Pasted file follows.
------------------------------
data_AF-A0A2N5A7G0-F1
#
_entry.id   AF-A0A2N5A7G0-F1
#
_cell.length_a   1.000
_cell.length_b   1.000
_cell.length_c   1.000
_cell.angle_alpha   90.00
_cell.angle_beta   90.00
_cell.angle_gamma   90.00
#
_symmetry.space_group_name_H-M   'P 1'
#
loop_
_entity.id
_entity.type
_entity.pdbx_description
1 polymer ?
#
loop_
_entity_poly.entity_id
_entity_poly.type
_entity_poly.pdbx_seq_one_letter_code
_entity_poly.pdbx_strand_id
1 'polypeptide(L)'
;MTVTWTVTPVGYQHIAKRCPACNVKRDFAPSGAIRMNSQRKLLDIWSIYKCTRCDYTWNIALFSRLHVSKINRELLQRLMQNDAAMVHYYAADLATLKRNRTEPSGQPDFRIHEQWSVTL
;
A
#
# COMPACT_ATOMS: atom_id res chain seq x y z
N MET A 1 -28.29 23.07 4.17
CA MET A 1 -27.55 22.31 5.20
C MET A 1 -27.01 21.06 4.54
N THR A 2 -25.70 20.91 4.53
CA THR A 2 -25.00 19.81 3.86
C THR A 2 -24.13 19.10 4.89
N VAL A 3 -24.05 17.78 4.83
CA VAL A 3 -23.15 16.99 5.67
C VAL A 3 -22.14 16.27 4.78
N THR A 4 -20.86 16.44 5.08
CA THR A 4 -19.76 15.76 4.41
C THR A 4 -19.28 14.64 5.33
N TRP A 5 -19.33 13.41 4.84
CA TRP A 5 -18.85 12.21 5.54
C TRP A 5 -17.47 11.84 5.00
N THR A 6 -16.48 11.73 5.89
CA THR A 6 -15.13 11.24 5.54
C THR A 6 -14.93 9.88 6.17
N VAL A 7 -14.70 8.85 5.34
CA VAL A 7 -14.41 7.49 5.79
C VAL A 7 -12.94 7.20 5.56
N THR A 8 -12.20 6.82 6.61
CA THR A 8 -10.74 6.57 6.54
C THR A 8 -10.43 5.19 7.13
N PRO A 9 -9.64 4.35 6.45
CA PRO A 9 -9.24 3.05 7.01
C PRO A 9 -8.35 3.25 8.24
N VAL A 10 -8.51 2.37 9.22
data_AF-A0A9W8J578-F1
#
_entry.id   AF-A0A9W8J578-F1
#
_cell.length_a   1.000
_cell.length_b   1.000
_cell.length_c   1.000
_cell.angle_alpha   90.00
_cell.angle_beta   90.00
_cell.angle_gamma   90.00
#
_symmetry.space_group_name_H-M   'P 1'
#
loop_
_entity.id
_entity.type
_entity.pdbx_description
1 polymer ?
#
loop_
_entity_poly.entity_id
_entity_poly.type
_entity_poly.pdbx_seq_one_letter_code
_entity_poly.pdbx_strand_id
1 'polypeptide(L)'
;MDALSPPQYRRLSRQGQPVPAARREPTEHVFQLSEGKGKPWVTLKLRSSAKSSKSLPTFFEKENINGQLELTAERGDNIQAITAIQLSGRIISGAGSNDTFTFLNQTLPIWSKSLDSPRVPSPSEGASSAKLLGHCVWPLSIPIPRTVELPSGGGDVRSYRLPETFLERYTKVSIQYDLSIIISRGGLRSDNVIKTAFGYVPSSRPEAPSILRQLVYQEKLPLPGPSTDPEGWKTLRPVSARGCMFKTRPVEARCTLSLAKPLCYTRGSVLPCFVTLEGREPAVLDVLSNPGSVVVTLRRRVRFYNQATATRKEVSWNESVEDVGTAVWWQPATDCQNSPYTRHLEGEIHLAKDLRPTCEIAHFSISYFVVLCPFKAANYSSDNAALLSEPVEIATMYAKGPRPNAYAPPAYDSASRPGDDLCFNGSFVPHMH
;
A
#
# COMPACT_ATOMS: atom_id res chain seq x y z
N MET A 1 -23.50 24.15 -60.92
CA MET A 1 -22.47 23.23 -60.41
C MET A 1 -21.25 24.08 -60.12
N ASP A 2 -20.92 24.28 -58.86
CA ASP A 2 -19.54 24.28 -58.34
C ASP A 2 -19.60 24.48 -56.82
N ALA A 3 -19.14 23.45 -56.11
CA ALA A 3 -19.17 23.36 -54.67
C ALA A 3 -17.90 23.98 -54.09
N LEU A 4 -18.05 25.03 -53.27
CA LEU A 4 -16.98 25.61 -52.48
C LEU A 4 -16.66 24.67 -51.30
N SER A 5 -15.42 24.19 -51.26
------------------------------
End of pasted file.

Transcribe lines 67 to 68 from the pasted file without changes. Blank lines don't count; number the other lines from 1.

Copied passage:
_cell.angle_beta   90.00
_cell.angle_gamma   90.00